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Hackernoon logoMaking of a component library for React by@_alex_buzin

Making of a component library for React

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@_alex_buzinAlexander Buzin

Github | NPMDemo
Originally published at ZeoLearn.

Some time ago I decided to make an article that covers topics like publishing to NPM, API architecture. Best tutorial for this would be a react component library development.

A good example of React Component library as for me is react-color. It has neat documentation website with easy step-by-step guide and lots of different variations of making a color-picker for your React application.

So I decided to go with making a rectangle-popup-menu like Google has:

This is from website (an example of what I plan to make)

Part 1. Preparing project (Setup)

Let’s make up some requirements that every modern library should fit nowadays.

  • Tree-shaking
  • UMD pattern
  • Build output is es5
  • Clear documentation
  • Examples (demos)
  • Unit testing

Rollup & Webpack = Module bundling

Rollup & Webpack

For bundling library I chose rollup (you can read in a more detailed article that explains why rollup is better for libraries in “Webpack and Rollup: the same but different” by Rich Harris).


Plus I used webpack (and webpack-dev-server) to serve examples folder. It handles css wrapping, font loading and es6 -> es5 transpilation (with the help of babel).


Jest = Unit testing

Unit-testing tool by Facebook that perfectly fits our needs in comparing react component snapshots.


Express = Serving examples

Has a minor place in a project, but helps us configure proper examples serving properly (as webpack-dev-server is using it).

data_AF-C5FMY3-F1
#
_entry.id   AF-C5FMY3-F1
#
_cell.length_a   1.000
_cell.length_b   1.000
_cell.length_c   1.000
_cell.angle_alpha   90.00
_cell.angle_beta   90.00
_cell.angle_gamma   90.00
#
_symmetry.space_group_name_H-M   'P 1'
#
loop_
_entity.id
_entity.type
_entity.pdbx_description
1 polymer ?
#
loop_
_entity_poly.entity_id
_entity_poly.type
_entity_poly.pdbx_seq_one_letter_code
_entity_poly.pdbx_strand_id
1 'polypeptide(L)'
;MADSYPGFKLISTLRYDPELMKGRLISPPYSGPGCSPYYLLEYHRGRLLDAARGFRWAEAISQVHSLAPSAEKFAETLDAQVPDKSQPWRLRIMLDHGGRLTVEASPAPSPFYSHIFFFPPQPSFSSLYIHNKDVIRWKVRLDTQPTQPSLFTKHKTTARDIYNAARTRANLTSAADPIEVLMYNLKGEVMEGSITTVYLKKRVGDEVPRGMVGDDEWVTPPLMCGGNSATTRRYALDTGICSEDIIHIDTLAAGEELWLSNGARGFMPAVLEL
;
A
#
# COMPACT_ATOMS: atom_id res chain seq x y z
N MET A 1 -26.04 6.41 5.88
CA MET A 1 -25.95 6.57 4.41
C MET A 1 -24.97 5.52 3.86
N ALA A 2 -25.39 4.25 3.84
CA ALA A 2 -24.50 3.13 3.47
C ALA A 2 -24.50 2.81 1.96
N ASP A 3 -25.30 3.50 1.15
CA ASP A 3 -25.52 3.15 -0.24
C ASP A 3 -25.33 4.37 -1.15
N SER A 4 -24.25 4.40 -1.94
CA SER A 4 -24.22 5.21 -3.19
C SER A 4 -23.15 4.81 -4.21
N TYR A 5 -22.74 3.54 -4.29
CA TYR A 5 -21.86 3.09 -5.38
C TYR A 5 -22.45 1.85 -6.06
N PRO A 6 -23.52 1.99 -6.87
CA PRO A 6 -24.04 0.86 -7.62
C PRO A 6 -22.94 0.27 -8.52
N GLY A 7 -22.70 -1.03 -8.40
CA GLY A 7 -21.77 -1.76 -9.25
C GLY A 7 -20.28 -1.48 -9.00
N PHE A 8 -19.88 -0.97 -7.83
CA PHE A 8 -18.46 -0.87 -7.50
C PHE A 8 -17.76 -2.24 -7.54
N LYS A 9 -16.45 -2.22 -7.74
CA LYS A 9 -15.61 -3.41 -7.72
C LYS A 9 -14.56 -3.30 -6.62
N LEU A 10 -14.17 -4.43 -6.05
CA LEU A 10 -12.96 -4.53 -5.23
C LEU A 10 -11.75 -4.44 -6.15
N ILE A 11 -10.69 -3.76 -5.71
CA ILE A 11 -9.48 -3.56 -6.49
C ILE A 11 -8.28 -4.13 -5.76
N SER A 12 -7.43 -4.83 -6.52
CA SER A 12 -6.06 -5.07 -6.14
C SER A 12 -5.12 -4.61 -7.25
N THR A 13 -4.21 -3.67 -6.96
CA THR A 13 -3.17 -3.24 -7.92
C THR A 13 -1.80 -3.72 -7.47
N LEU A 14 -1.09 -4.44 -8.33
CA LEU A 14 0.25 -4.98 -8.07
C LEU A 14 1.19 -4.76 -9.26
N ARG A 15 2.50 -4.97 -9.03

Babel = write es6, provide es5

Nowadays ES6 is already widely supported by a majority of well-known browsers, but Babel is not just about working with es5, it’s a global standard for transpiling javascript subsets into browser-compatible implementation.

In this project we use Babel mostly for using latest ES features like async/await and supporting JSX subset.


Part 2. Development

Now, once we installed all required devDependencies we are able to move forward to the development process.

The first step is to decide on the project folder structure. For this library, this is what I had at the end:

  • assets/ — Skip this folder, this is just for images I had in API docs
  • build/ — UMD and ES module build files + sourcemaps.
  • examples/ — This folder contains test .html examples that I use to test library in different cases.
  • src/ — Contains library source code written in JSX and .babelrc file for in-folder babel configuration
  • test/ — JEST tests

Other files are needed to complete project configuration. I highly recommend you to use travis.yml for Continuous integration (must-have for modern projects, especially such as a component library).

Important: Don’t forget to exclude react and react-dom from internal dependencies in rollup, otherwise, you’ll get compatibility errors on the client side and bad side effects, such as large bundle size and bad performance.
// rollup.config.babel.js
  // ...
external: ['react', 'react-dom'],
  globals: {
react: 'React',
'react-dom': 'ReactDOM'


Source files / Code

In the index.js file I linked every single file that exports classes (actually React components):